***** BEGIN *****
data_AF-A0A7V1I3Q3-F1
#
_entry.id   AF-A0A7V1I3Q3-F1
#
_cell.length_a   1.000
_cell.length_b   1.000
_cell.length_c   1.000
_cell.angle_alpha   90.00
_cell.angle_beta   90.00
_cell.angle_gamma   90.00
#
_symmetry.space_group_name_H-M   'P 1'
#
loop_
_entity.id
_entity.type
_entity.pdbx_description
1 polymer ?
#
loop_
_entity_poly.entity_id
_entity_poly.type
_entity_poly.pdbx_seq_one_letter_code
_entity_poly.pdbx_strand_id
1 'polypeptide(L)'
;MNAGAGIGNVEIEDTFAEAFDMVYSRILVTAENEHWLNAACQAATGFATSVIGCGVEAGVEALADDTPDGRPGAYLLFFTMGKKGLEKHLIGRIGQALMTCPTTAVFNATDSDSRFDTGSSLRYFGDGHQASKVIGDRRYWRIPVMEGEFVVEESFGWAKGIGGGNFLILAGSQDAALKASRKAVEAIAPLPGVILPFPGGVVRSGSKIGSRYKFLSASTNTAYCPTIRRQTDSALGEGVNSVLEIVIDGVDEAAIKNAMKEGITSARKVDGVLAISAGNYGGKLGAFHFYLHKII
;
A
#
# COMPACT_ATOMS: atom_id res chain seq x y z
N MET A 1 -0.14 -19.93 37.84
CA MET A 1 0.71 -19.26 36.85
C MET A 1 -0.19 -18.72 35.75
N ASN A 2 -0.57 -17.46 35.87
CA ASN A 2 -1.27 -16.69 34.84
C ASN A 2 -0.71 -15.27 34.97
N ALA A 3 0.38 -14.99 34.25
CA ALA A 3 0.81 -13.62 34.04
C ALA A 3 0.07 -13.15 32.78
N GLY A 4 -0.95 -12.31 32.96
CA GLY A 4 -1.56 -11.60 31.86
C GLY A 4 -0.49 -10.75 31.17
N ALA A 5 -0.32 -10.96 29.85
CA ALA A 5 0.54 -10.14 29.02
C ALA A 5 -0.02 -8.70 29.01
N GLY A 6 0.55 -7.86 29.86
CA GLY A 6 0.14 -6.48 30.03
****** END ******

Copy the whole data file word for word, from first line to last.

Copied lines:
data_AF-A0A7V1I3Q3-F1
#
_entry.id   AF-A0A7V1I3Q3-F1
#
_cell.length_a   1.000
_cell.length_b   1.000
_cell.length_c   1.000
_cell.angle_alpha   90.00
_cell.angle_beta   90.00
_cell.angle_gamma   90.00
#
_symmetry.space_group_name_H-M   'P 1'
#
loop_
_entity.id
_entity.type
_entity.pdbx_description
1 polymer ?
#
loop_
_entity_poly.entity_id
_entity_poly.type
_entity_poly.pdbx_seq_one_letter_code
_entity_poly.pdbx_strand_id
1 'polypeptide(L)'
;MNAGAGIGNVEIEDTFAEAFDMVYSRILVTAENEHWLNAACQAATGFATSVIGCGVEAGVEALADDTPDGRPGAYLLFFTMGKKGLEKHLIGRIGQALMTCPTTAVFNATDSDSRFDTGSSLRYFGDGHQASKVIGDRRYWRIPVMEGEFVVEESFGWAKGIGGGNFLILAGSQDAALKASRKAVEAIAPLPGVILPFPGGVVRSGSKIGSRYKFLSASTNTAYCPTIRRQTDSALGEGVNSVLEIVIDGVDEAAIKNAMKEGITSARKVDGVLAISAGNYGGKLGAFHFYLHKII
;
A
#
# COMPACT_ATOMS: atom_id res chain seq x y z
N MET A 1 -0.14 -19.93 37.84
CA MET A 1 0.71 -19.26 36.85
C MET A 1 -0.19 -18.72 35.75
N ASN A 2 -0.57 -17.46 35.87
CA ASN A 2 -1.27 -16.69 34.84
C ASN A 2 -0.71 -15.27 34.97
N ALA A 3 0.38 -14.99 34.25
CA ALA A 3 0.81 -13.62 34.04
C ALA A 3 0.07 -13.15 32.78
N GLY A 4 -0.95 -12.31 32.96
CA GLY A 4 -1.56 -11.60 31.86
C GLY A 4 -0.49 -10.75 31.17
N ALA A 5 -0.32 -10.96 29.85
CA ALA A 5 0.54 -10.14 29.02
C ALA A 5 -0.02 -8.70 29.01
N GLY A 6 0.55 -7.86 29.86
CA GLY A 6 0.14 -6.48 30.03